A great observation came out of a recent bug triage meeting by David Nalley who noted that “there is great information about the HOW, but not the WHY or SO WHAT [of why bug triage is important].” I took an action item to try to define this better. We’ll be discussing this more at our weekly meeting tomorrow (Tuesday) on #fedora-meeting on irc.freenode.net @ 14:00 UTC (10 AM EDT). Everyone is welcome!
I went through the existing wiki pages to collect some reasons and also tacked on a few of my own. Feel free to add you our own in the comments or talk about it in your own blog about and link here. Here are my ideas so far.
Bug triage matters to Fedora because it:
- saves package maintainers time chasing down missing information in bug reports
- helps to identify bugs that should be fixed before release (adding to tracker lists)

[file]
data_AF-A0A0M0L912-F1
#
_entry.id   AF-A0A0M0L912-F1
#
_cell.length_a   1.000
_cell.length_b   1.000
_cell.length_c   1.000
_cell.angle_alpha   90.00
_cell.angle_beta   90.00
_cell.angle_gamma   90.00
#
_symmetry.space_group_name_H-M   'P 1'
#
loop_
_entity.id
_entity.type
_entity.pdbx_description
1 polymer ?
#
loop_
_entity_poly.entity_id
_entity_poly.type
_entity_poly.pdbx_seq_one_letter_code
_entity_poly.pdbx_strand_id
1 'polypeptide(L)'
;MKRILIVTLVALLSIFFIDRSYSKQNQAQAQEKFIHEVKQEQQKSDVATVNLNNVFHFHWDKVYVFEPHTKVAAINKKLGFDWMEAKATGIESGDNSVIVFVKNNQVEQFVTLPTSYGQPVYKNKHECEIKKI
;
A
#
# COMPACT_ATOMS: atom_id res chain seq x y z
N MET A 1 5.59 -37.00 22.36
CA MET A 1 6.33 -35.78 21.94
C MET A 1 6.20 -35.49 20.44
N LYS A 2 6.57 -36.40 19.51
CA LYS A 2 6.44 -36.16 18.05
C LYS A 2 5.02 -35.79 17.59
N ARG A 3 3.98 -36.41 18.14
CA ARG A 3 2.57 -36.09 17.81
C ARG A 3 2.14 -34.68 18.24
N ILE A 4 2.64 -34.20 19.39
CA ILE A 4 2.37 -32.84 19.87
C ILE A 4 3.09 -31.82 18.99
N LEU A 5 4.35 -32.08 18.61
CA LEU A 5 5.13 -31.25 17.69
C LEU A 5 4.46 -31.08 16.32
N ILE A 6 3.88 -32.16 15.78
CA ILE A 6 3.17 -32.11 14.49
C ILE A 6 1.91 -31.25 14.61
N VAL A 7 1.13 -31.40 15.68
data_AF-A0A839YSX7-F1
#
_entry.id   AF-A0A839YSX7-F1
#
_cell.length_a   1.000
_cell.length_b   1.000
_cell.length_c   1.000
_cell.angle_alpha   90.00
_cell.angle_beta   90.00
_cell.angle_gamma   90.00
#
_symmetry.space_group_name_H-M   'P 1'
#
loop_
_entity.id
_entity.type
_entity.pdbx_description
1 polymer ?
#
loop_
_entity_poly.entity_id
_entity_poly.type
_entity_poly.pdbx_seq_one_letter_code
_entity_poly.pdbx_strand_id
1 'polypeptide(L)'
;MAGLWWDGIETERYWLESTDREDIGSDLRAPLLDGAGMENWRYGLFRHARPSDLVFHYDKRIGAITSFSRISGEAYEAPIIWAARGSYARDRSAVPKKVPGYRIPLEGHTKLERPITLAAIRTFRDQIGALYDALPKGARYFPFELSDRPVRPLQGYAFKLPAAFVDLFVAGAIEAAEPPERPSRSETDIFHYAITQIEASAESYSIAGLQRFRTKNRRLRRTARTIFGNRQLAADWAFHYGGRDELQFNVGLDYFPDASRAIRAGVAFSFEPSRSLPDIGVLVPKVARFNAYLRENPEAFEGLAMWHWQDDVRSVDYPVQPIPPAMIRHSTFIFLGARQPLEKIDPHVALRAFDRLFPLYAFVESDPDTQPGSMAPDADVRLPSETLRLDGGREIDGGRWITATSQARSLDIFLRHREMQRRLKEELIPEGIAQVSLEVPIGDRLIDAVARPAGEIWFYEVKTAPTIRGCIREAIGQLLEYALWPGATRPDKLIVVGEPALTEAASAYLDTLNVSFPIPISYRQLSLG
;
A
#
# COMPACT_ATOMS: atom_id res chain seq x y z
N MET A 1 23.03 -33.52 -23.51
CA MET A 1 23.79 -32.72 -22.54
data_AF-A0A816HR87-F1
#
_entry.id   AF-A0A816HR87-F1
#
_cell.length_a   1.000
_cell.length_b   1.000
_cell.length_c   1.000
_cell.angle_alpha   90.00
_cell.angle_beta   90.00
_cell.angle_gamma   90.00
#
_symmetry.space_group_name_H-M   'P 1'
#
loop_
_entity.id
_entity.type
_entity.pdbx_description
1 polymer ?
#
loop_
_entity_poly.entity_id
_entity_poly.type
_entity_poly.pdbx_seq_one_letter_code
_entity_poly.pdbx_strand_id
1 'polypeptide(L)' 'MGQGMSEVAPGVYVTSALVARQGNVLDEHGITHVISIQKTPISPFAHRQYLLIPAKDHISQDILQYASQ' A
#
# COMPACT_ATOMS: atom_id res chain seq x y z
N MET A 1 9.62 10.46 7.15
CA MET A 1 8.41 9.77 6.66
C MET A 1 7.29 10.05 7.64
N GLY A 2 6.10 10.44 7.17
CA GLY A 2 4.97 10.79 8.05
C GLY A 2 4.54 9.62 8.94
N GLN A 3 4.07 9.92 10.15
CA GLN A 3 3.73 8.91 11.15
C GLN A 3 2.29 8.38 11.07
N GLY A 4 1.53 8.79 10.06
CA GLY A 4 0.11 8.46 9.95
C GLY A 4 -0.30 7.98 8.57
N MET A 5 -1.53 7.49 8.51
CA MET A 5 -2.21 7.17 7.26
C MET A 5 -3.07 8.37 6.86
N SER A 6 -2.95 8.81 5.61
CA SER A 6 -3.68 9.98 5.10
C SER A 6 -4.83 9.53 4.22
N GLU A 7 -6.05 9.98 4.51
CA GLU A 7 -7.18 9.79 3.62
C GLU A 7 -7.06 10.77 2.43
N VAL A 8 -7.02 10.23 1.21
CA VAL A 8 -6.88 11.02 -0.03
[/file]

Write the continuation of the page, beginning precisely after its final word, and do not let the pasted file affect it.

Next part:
- allows maintainers to spend their finite time on bugs that are ready to be worked on
- gives bug reporters the feeling that someone has acknowledged their problem
- strives to provide a level of certainty that the total number of open bugs is accurate
- helps to maintain structure in bugzilla by following defined processes to close bugs for EOL releases
- what else?
I suppose the possibility exists that some people think there is no value from bug triage. If that is your position, we’d love to hear your constructive suggestions for changes that would make it valuable. How can bug triagers help tackle some of Fedora’s 10,000 open bug reports?